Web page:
Of these, seven studies were designed to evaluate the Effect of antidepressants in couples who were receiving infertility treatments. These tests were most commonly measured by the success rate of IVF treatments.
Six of these studies failed to find any significant association between selective serotonin-reuptake inhibitors and the outcomes of infertility treatments. However, three of the studies found a possible trend toward a decreased probability of pregnancy in each IVF cycle or some decrease in fertility biomarkers in women who were taking selective serotonin-reuptake inhibitors. One study even found that antidepressants were associated with increased pregnancy rates. Only two of the related studies specifically looked at the effects of selective serotonin-reuptake inhibitors on fertile women. Both of them returned conflicting results. One study even suggested that there might be a lower probability of conception for women who had symptoms commonly associated with depression yet were not taking antidepressants for treatment.
There were another seven studies that specifically focused on the topic of male fertility and the impact of selective serotonin-reuptake inhibitors. Six of these studies found that SSRIs have a negative impact on most semen parameters which also included sperm quality. However, the researchers noted that this group of studies also had a few significant limitations. Primarily in that they did not account for the effects of depressive symptoms. This indicated a need for more research into the possible effects of selective serotonin reuptake inhibitors on reproductive age men as well as with couples trying to conceive. The discussion associated with this type of study will need to emphasize the complex associations between factors such as depression, and antidepressants when it comes to infertility. It should also incorporate the potential impact of mental illness which is often associated with many other psychosocial factors and certain lifestyle choices which can potentially affect fertility. This should include health factors such as smoking, and obesity, as well as alcohol, drug use and problems with chronic substance abuse. This could help to filter results to refine any direct causal relationships between selective serotonin-reuptake inhibitors and fertility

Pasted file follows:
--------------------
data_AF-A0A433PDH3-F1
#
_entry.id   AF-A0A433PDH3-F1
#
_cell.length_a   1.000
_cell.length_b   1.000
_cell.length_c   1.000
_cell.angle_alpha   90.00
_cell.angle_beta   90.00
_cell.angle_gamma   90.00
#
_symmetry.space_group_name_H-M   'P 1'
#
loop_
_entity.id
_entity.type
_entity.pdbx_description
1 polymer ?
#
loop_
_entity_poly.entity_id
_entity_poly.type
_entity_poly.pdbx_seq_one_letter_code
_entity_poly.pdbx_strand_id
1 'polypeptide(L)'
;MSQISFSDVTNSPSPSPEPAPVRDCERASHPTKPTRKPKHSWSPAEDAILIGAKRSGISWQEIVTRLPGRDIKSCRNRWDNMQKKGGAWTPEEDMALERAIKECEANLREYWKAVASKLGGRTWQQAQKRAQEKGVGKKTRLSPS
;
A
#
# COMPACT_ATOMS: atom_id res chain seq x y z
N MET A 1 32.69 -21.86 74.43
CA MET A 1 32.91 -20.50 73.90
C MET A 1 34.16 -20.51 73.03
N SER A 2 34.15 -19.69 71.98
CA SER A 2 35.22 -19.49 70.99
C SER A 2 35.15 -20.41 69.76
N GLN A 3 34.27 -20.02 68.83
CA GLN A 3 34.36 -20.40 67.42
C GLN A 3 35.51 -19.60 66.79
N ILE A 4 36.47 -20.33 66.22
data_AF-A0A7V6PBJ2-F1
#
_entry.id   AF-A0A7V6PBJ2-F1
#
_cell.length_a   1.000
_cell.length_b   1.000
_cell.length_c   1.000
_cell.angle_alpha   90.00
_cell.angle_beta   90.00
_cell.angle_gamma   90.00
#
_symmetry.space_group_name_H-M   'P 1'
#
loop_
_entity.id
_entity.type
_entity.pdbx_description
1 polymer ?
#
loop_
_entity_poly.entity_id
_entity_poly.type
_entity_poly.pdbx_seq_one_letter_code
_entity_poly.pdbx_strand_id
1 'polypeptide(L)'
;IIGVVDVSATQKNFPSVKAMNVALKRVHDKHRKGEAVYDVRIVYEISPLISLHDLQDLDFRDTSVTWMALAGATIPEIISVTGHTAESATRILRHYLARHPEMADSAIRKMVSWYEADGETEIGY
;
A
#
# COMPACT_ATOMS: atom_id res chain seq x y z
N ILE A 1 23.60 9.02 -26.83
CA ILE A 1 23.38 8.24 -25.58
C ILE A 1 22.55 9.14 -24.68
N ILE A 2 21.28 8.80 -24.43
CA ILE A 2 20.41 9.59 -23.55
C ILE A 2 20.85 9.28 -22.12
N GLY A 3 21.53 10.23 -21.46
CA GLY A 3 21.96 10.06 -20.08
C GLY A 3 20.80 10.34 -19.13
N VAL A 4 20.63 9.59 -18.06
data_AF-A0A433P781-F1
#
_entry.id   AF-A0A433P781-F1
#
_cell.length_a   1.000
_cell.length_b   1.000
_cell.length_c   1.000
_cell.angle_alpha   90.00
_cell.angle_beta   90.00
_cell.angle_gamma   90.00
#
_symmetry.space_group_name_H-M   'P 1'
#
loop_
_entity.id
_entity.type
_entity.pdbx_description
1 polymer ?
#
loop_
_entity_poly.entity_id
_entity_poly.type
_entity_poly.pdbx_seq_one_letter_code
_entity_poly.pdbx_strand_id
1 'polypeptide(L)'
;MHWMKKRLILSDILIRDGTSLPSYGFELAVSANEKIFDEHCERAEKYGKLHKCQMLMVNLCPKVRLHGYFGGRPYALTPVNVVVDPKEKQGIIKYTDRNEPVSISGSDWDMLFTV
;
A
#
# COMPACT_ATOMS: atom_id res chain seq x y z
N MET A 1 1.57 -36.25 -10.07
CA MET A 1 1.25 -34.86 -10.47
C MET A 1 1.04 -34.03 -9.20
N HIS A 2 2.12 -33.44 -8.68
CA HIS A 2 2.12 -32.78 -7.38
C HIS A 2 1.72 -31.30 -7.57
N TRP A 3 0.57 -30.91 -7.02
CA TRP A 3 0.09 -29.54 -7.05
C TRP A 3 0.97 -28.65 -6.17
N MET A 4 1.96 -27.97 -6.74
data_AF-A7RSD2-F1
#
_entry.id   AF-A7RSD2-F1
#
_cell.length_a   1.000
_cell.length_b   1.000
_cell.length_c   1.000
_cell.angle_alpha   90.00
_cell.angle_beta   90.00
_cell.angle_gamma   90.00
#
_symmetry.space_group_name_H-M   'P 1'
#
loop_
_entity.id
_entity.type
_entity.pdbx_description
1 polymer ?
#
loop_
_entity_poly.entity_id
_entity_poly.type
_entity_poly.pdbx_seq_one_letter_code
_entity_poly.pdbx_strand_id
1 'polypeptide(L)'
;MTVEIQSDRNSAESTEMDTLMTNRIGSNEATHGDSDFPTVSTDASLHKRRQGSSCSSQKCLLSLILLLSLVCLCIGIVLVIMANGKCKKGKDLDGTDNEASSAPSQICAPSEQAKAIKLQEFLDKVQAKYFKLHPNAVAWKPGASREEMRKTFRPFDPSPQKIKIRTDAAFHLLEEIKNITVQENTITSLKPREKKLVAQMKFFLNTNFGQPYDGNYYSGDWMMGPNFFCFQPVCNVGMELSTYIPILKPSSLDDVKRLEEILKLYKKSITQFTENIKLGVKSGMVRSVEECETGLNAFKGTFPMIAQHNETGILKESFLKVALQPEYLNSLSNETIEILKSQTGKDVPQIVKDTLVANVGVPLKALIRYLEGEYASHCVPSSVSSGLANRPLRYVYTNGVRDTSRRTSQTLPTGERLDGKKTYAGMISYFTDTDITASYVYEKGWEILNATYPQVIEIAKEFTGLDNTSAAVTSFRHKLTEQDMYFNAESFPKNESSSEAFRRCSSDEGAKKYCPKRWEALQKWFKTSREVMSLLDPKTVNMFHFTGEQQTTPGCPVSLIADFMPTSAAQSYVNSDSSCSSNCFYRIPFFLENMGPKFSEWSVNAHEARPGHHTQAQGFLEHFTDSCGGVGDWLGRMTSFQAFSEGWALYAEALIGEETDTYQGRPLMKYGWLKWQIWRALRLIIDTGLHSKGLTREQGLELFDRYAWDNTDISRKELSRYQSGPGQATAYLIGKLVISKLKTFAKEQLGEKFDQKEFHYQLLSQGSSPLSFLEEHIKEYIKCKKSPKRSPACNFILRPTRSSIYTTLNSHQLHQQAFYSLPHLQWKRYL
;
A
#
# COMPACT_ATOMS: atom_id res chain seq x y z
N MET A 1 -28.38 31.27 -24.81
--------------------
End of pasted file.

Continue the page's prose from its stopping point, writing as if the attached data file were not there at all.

The overarching goal in a study of this magnitude would be to weigh the possible benefits of antidepressant medications while also factoring in potential risks. This would include the potential impact of untreated depression, on the fertility outcomes of couples who are struggling to conceive. In some of these cases, psychotherapy may be a very effective alternative to prescribing antidepressants for patients who need treatment for things like mild depression and anxiety. Antidepressants might also be effective for helping individuals and couples who need help coping with the diagnosis of infertility.
Based on Medical News